Hints From Heloise: Peanut brittle is back!

July 16, 2014

Dear Heloise: Can you please reprint your Heloise Peanut Brittle recipe? I haven’t made it in years, and I cannot find the recipe! -- Ellen S. in Indiana

This recipe is so easy and quick, because you make it in the microwave. Gather the following ingredients:

1 cup of granulated sugar

1 / 2 cup of light corn syrup

1 1 / 2 cups of raw (skin on) peanuts

1 / 8 teaspoon of salt

1 teaspoon of vanilla extract

1 teaspoon of butter

1 teaspoon of baking soda

Place aluminum foil over a cookie sheet (with sides) and spray lightly with nonstick cooking spray.

In a large, microwave-safe bowl, combine sugar, corn syrup, peanuts and salt. Mix together. Place in the microwave (wattages vary, so you may need to adjust the times) and heat on high for 8 minutes, stirring well halfway through cooking.

Stir in the vanilla and butter, and microwave another 2 minutes on high. Carefully take the bowl out, because it will be very hot!

Add the baking soda and stir until the mixture becomes foamy and light. Be careful not to overstir!

Quickly pour the mixture onto the cookie sheet using a metal knife. You may need help with this.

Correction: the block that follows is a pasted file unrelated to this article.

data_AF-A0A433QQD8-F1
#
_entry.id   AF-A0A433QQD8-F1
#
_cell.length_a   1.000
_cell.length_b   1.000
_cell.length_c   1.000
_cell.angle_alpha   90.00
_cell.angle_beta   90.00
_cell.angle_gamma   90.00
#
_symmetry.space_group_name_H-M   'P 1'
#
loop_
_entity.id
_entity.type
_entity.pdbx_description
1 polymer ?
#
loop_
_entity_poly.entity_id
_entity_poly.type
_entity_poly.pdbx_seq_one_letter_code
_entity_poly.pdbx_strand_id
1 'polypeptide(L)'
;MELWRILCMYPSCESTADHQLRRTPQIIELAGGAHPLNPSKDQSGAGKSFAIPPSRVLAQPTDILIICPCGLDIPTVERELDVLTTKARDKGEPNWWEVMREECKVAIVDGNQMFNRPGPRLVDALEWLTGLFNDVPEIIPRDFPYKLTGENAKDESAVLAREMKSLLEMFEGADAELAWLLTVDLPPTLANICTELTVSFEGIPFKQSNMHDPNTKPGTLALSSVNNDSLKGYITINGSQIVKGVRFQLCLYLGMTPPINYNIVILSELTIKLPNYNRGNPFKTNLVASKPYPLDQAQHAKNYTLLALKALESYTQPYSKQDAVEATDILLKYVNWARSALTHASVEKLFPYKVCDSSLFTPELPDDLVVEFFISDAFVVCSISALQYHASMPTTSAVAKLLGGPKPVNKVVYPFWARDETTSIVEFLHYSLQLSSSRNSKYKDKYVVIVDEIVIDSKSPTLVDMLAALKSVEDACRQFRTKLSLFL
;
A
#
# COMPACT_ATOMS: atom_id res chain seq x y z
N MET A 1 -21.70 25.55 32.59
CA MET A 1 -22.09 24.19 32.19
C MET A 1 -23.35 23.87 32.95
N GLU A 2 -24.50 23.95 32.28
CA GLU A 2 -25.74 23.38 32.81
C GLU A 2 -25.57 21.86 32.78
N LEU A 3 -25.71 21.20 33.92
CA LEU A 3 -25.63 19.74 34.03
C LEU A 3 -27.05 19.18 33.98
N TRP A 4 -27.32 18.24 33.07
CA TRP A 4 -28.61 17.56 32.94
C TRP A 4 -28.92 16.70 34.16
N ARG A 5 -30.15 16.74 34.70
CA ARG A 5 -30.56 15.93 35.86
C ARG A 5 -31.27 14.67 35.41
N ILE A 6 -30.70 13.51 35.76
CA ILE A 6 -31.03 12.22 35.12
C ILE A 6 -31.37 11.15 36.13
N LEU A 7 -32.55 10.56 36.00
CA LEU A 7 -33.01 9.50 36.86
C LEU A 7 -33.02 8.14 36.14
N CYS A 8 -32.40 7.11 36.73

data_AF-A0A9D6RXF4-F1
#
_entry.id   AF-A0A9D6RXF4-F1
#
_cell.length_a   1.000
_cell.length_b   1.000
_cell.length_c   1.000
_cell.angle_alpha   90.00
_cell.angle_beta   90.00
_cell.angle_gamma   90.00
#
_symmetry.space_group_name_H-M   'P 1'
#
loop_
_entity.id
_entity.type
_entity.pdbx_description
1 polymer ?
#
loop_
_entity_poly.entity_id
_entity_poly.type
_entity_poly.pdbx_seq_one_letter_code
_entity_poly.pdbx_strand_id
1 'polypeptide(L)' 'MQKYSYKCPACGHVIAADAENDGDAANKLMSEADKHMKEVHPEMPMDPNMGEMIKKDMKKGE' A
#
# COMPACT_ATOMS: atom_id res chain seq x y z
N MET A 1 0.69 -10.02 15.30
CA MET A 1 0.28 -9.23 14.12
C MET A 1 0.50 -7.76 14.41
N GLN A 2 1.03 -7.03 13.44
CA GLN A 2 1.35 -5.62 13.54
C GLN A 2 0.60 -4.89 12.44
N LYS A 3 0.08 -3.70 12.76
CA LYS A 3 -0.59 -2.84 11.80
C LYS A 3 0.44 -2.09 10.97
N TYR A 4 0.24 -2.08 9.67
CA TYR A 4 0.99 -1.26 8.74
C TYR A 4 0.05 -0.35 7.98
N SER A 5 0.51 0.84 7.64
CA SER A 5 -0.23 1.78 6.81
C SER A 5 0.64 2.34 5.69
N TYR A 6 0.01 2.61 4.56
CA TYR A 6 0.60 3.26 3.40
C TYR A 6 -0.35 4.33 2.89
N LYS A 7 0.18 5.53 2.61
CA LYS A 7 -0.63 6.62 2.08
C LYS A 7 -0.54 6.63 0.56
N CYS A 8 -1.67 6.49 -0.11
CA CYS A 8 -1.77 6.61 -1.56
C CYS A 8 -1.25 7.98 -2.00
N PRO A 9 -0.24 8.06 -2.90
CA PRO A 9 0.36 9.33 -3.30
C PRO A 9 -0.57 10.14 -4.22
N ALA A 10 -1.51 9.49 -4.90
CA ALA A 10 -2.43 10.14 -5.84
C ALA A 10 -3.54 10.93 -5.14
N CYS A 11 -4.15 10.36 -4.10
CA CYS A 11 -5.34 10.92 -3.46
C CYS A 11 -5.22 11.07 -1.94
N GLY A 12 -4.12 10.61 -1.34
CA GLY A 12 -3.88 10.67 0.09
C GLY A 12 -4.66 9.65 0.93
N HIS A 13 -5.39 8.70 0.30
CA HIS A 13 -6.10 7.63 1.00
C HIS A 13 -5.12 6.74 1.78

Evenly spread the mixture to about 1/4-inch thickness. Let it cool, then break into pieces and store the peanut brittle in an airtight container or a plastic, zip-top bag. -- Heloise

SEND A GREAT HINT TO:

Heloise

P.O. Box 795000

San Antonio, TX 78279-5000

Fax: 210-HELOISE

E-mail: Heloise@Heloise.com

SELF-RISING FLOUR

Dear Heloise: As I was growing up, my grandmother said that you could use self-rising flour in baking instead of plain flour, baking powder and salt. Is this regardless of the measurements for the baking powder and salt? -- Renee P. in North Carolina

No, you need to be aware of the measurements, which are the following: 1 cup all-purpose flour, 1 1 / 2 teaspoons baking powder and 1 teaspoon table salt. These measurements are what change plain flour to self-rising flour. -- Heloise

SAVING WRAPPERS

Dear Heloise: I always use the wrappers from sticks of butter to grease casserole dishes or baking sheets. When I have wrappers but no cooking immediately planned for which they will be used, I store the wrappers in the freezer. The freezer keeps the wrappers fresh and ready to use. -- Kelly T. in Illinois

COOKING BACON

Dear Heloise: We cook our bacon outside in an electric skillet to keep odor and splatters out of the house. We cook at least a pound at a time, and we put what we don’t use in a plastic freezer bag. It keeps great in the freezer, and whenever you want a couple of pieces, you pop them into the microwave for 10 seconds. Yum! -- Craig and Patti J. in Michigan

STEMMING STRAWBERRIES

Dear Heloise: When I stem strawberries, I use the long, skinny potato peeler. This way, I get the stem plus the pithy center and save all the shoulder fruit of the strawberry. -- Sue, via e-mail

Heloise’s column appears six days a week at www.washingtonpost.com/advice. Send a hint to Heloise, P.O. Box 795000, San Antonio, Tex. 78279-5000, or e-mail it to Heloise@Heloise.com.

2014, King Features Syndicate

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